As for creating salmon habitats, the FQSA is currently managing a program to enhance North Shore Atlantic salmon habitats to compensate for the residual impact on the various salmonid species of moving the hydroelectric development from the Romaine River.
In 2011, the Quebec ministry for sustainable development, the environment and the fight against climate change, Hydro-Québec and the FQSA signed a co-operation agreement to develop, implement and manage this $10-million program over 10 years. Under this program, Atlantic salmon was designated a priority species because of its great ecological and socio-economic value on the North Shore.
This program includes five objectives: first, contributing to consolidating and expanding Atlantic salmon populations; second, creating or improving the production of Atlantic salmon habitats; third, acquiring the knowledge needed to plan and follow up on the performance of projects; fourth, protecting the salmon resource; and fifth, encouraging the participation of local communities and river management organizations.
One of the features of the program is that it can fund up to 100% of the costs for projects, which fall into four categories: major projects, community projects, scientific projects and projects for the maintenance of major facilities. Aside from the fact that it can fund up to 100% of projects, the program has generated additional investments to the tune of 30% by proponents and other funders. In addition, through these investments, the development potential of salmon populations is 10,000 salmon a year.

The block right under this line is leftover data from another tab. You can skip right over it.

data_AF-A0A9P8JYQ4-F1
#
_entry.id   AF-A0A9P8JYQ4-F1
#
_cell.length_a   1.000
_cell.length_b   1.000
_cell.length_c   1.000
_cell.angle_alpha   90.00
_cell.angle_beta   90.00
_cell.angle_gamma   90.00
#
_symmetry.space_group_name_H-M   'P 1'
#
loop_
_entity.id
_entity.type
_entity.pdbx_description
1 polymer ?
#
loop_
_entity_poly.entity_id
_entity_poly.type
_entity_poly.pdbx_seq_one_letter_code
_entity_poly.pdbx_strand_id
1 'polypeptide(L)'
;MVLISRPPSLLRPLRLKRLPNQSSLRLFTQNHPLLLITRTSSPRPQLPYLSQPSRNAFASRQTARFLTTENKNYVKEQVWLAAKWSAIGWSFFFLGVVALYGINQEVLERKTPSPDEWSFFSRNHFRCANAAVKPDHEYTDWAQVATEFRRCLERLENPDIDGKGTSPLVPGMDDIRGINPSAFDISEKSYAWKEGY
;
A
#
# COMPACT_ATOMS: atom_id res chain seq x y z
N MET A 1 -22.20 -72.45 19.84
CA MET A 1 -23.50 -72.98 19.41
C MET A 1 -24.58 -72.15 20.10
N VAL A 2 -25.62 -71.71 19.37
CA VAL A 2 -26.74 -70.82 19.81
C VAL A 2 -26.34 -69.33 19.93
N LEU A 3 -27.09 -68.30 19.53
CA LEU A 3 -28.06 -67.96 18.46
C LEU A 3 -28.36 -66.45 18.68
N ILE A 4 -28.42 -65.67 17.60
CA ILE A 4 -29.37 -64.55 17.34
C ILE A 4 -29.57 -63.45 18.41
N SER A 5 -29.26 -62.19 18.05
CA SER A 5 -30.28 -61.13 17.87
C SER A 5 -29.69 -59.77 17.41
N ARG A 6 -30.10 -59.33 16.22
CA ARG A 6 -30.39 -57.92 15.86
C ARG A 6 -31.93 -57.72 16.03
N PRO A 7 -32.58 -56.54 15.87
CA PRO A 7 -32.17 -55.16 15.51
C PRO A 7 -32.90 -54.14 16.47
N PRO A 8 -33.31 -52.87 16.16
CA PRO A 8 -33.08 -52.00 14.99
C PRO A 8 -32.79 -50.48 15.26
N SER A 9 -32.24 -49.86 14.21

Currently, there is only one program of this type in place in Quebec, and it is not enough to meet the demand of the North Shore region alone. The needs in terms of managing the habitat of salmon rivers in the regions of the Gaspé Peninsula, Lower St. Lawrence, Charlevoix and Saguenay-Lac-Saint-Jean are also very great and present a good potential for population development. There are about $15 million in investments needed to enhance salmon habitats in these regions. These massive investments to improve the quality and availability of habitats would certainly make it possible to consolidate and develop our Atlantic salmon habitats, as shown by the current program to enhance Atlantic salmon habitats on the North Shore.
A second program has been put in place as part of realizing the development of the hydroelectric complex on the Romaine River. The program has an envelope of $20 million over 20 years. A corporation was created to manage this program. The FQSA is the agent and is therefore providing all of the administrative services for the corporation. The purpose of the project is to regenerate a salmon population in the Romaine River.
I will now talk about salmon aquaculture.
In countries that raise salmon in cages, the practice has led to heated discussions between industrial producers and environmentalists. Although Canada produces fewer farmed Atlantic salmon than Norway or Chile, it is still the third largest producer of this species in the world, with 8% of global production. These marine cages are concentrated on the west coast and on the east coast, mainly in the Bay of Fundy, which borders the shores of New Brunswick, Nova Scotia, and Newfoundland and Labrador.
Given environmental issues like the local pollution of marine environments and the biological impact, including the spread of parasites and disease, and the genetic pollution of wild populations related to escapes, such farming of wild salmon populations and salmonid populations, in general, are banned.
In a resolution, the FQSA is asking the government to impose a moratorium on all new projects for farming salmonids in marine cages; to exercise better control over existing marine cage farming facilities; to put in place an environmental and economic audit for all production sites; to gradually reduce the number of salmonid farming sites farming using marine cages; and to establish and implement a program to convert marine cages to land farming facilities, as is done in various U.S. states, including Virginia.